And I should be launching my new service pages either late tonight or early tomorrow. I'm excited to show you how our business is expanding!

Tuesday, May 14, 2013

B-School Graduates

I've finally graduated from Marie Forleo's B-School. It was one heck of a ride. I learned so much, and was so inspired every single day. Even after the program is over, I'm still listening to the Q&A call MP3 downloads, participating in the private Facebook group, re-doing some of the worksheets and watching the videos again. I don't think I'll ever truly be "done."

Along the way, I discovered a few previous B-School grads that I just fell in love with. They are inspiration-inducing, brilliant, superstar business owners whose products I happily consume. And I thought I'd share them here with you.

Leonie Dawson -- Australian creativity business coach and artist
Molly Hahn -- Artist of the increasingly popular Buddha Doodles, a cartoon featured on Huffington Post
Mastin Kipp -- Founder of The Daily Love
Jenny Shih -- Coach & consultant for creative entrepreneurs
Mayi Carles -- Creator of Life is Messy Bootcamp
Amy Porterfield -- Facebook marketing expert

The two biggest lessons from B-School for me were, 1) Get started now, and 2) Everything is figure-out-able. Don't wait until you have the perfect business idea, the perfect business name, or you've quit your day job -- there are no perfect conditions in which to start a business. And there is virtually nothing you can't learn how to do, thanks to the Internet. So start with what inspires you and go for it. Life is short. Leave a mark.

Monday, May 13, 2013

Migraine, Business Inspiration and Blessings

And yet another migraine knocks me down. Argh. I think allergies are the culprit. My allergies have been going crazy for the last two months, and I've had more frequent migraines too. Stuffed sinuses = migraine trigger.

I really wanted to go out for a walk today. It was so nice outside. But alas, throbbing head. So I've been cooped up and working from a reclining position all day. Jeremy made me enchiladas for dinner, though, so I can't be too sad.

I had a great conversation with my father-in-law this past weekend about my consulting business. I wanted to talk to him because I admire his business savvy, but also because he is exactly the type of customer I am targeting -- people who own a small business, want to up their online marketing (or get into online marketing to begin with), and don't have the time or interest to figure it all out on their own.

My father-in-law got me thinking in a totally new direction, which is resulting in a brand new set of services from Horizon Peak. I am soooo excited about this. And I was really hoping to work on it tonight -- but this migraine has me couch-bound. So I'm working on it as I can, and will update you all in a few days. Meanwhile, Horizon Peak is on Facebook, Twitter and LinkedIn -- so follow us for more immediate updates!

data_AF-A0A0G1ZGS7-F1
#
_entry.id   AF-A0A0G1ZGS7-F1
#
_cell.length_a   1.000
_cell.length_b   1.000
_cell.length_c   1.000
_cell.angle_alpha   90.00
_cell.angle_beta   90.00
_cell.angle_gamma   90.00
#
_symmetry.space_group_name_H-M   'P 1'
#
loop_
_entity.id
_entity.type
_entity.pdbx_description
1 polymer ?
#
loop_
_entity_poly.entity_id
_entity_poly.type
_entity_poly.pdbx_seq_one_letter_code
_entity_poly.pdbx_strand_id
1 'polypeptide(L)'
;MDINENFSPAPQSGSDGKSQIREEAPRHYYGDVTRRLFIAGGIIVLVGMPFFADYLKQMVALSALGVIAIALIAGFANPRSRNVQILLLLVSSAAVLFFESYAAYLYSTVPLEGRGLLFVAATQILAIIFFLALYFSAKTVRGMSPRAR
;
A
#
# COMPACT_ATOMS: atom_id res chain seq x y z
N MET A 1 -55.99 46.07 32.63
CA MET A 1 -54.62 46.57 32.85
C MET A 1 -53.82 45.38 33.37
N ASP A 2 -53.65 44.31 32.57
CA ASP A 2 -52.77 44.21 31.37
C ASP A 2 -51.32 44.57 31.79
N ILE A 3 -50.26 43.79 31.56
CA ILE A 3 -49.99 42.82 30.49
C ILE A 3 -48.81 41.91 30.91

I am having one of Colorado's premiere logo designers create a new logo for Horizon Peak as well. In my long career as a web manager and freelance writer, I have met some really amazing talents -- and I have been lucky to stay in touch with many of them. So when it came time for someone to lovingly craft the new logo for Horizon Peak, I knew just who to call. I can't wait to see what she comes up with!

The other thing I told you I'd update you about is those downloadable daily planning sheets. I completely redesigned on Friday night, and put the files there under "Free Stuff." Download to your heart's content!

On a more somber note, we were down in Colorado Springs on Saturday, so we stopped by Scarlett's grave. I'm glad we did. As sad as it always is to visit our daughter there, it was also a reminder of the great gift I once had -- a gift that let me celebrate Mother's Day as a mother.

My gifts are different these days, but I am still being blessed every day. I have a thoughtful husband, a supportive family, great in-laws and friends who lift my heart. I have a career that I love, working with brilliant people on exciting projects.

I hope to be blessed with more children soon. But for now, I'm going to thank God for the long list of blessings I have today.

Sunday, May 12, 2013

Mother's Day 2013

This Mother's Day wasn't any easier than the last one. But at least I can tell you I handled it better. Therefore it was a little less painful.

A friend posted something on my Facebook wall about how mothers who "had to give their child back" deserved appreciation and respect. I like that sentiment. That I had to give Scarlett back. Because she didn't belong to me in the first place. Which means I don't belong to my mom either -- I belong to God. And we'll all be together again in His kingdom.

I will see her again. So as painful as today is, I'm looking forward to that.

I've been thinking a lot about the women I know who long to be mothers. The ones who have been told they'll never bear children. The ones who have tried and tried, and have yet to wrap their arms around a child of their own. Today is a very painful day for most of them.

It took us a year and a half to conceive Scarlett. I remember how hard Mother's Day was during that time. When all the moms were oohing and aahing over their kids' gifts -- the handmade art and breakfast in bed -- or waxing poetic about the beauty of being a mother, I was longing.